The difference between a "How are you" with a smile in my neighborhood convenience store and in a chain are very apparent to everyone. It is the difference between a human and a robot. Why do these games persist?

Anonymous, for obvious reasons
Thursday, May 27, 2004

A.F.O.R.:

Here is my challenge to you. Tell us how you would disambiguate coached, stereotyped gladhanding from sincere politeness.

IE: formulate a sort of "HR Turing Test" to distinguish candidate droids who are applying formulas by rote, from the sort of intelligent, sincere, uber-candidate whom you would prefer to encounter.

My premise is that any approach will sound stereotyped if you're looking for it to do so.

Bored Bystander
Thursday, May 27, 2004

Anonymous, for obvious reasons:
Stick it to them.  If a candidate has on their resume "6 years as a senior VB dude" and he can't answer a simple question, don't let him off the hook.  YOU will look bad if you recommend/hire someone who can't get the job done.  The only way people will stop completely bullshitting on their resumes is if more and more jobs ask REAL technical questions opposed to "what are your biggest weaknesses" or "are you a leader or a follower". 

vince
Thursday, May 27, 2004

The problem faced by EVERY job seeker is: one never knows if the hiring party or the gatekeepers are selecting for line item skill sets, talent, or "meeting HR requirements for having a good attitude". 

Satisfy one and you are regarded as a loser, asshole, timewaster, not-following-instructions-evil-applicant, and/or dismal failure as a human being if the gatekeeper values a different criteria.

Bored Bystander
Thursday, May 27, 2004

Anon,

It would be quite foolish to discount someone because they are concientious enough to have studied the interveiw process and are trying to put their best foot forward. Assuming that this means they are incompetant is just plain wrong.

Good managers learn how to quickly identify when 'techniques' are being used and to put such a candidate at ease during an interview and get to the real meat of the matter.

But you are free to discount them if you wish and then lurk about on chat boards slamming the poor fellows.

Dennis Atkins
Thursday, May 27, 2004

Dennis:

It would be foolish to discount them just because of that (and I should get over my personal annoyance with this. I agree).

But I do not think that it's foolish to discount someone who prefers to study the interview technique over the skills that the job demands. And if they get away with it, well, that is really bad.

Anonymous, for obvious reasons
Thursday, May 27, 2004

In this economy/market, job seekers are looking for any possible edge.  A lot of people will say things that people have said are a "plus".

How about when you start the interview, you add this little statement:

"Before we get started, let me explain something.  Recruiters and job-hunting sites and books will tell you all kinds of crazy things they think will get you hired.  There are places where that works, but this isn't one of them.  You won't impress me with fancy phrasing and I've seen all the psychological tricks.  Best thing is do your best to relax and be yourself."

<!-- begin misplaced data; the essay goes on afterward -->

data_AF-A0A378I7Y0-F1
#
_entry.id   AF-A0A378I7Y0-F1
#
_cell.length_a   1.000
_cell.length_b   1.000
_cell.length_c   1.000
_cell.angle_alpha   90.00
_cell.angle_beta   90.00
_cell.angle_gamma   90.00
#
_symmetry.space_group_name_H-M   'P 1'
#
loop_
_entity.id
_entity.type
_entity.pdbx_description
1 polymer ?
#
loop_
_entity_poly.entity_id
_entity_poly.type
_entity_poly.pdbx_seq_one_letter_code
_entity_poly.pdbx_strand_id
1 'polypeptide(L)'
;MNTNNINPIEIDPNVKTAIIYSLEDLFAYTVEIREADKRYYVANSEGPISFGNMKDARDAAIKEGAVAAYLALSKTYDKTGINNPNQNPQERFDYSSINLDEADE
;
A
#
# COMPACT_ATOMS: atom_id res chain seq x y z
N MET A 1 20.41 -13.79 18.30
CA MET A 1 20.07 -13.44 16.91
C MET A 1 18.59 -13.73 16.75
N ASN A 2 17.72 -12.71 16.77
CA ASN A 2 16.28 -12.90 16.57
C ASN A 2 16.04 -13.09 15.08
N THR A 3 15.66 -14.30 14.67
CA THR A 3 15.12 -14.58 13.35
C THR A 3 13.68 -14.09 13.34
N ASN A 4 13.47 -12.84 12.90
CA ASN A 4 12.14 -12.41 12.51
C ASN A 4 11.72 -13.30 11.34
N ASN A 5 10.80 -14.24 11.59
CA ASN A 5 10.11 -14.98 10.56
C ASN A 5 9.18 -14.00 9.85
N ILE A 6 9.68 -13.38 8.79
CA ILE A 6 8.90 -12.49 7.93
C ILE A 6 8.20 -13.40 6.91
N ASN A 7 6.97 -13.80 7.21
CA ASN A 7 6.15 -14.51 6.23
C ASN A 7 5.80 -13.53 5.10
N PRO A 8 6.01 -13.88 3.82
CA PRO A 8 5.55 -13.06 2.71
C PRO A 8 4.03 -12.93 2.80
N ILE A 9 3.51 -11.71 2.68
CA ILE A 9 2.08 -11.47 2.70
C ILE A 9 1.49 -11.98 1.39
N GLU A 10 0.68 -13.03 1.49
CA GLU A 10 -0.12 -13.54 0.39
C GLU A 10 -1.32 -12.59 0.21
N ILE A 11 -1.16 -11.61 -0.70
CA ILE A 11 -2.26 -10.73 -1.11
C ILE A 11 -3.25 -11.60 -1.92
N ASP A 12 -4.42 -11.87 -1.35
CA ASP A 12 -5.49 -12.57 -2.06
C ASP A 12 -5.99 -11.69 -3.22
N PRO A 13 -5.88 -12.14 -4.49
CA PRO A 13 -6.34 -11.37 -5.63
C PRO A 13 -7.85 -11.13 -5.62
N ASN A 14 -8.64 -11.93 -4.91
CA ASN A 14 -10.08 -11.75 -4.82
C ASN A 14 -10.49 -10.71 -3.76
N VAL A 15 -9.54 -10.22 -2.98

By explaining yourself up front you give the candidate the opportunity to not play word games and mind games.  Chances are they're only doing it because they think it'll give them an "edge" over the candidate who's not. 

Should be working
Thursday, May 27, 2004

Should be working -

well, that's what I thought. But that strikes me as blunt and offensive. I don't know if
that would relax me :)

Anonymous, for obvious reasons
Thursday, May 27, 2004

Bored bystander, re the HR Turing test:

I can't, but I know it when I see it :-). I think so do you. I was in Burger King the other day. The smalltalk of the woman behind the counter was very different from a required wooden corporate smile and "How may we help you today?"

Maybe that's good acting. But at least good acting is more aesthetically pleasing than bad one :)

Anonymous, for obvious reasons
Thursday, May 27, 2004

OK, just for a minute, imagine yourself outsourced and laid off. What would you do to get a job?

Data Miner
Thursday, May 27, 2004

Anon, I didn't mention it but my earlier post is LGPL, so feel free to modify the phrase I used if you want it to sound less "blunt".

:-)

Should be working
Friday, May 28, 2004

OK, I gotcha - you're saying that really the gist of this particular interview was that he didn't actually know what he said he did, and tried to use tricks to distract you from this knowledge. As apposed to someone who does know at least some of eh problem domain who is innocently using interviewing tricks and tips. Yeah, that would be annoying - I can see why you're upset.

Dennis Atkins
Friday, May 28, 2004

And I do agree with Should be Working  - that's the way to get the interview rolling, and you can also use a speech like that if the person starts to go weird on you.

Dennis Atkins
Friday, May 28, 2004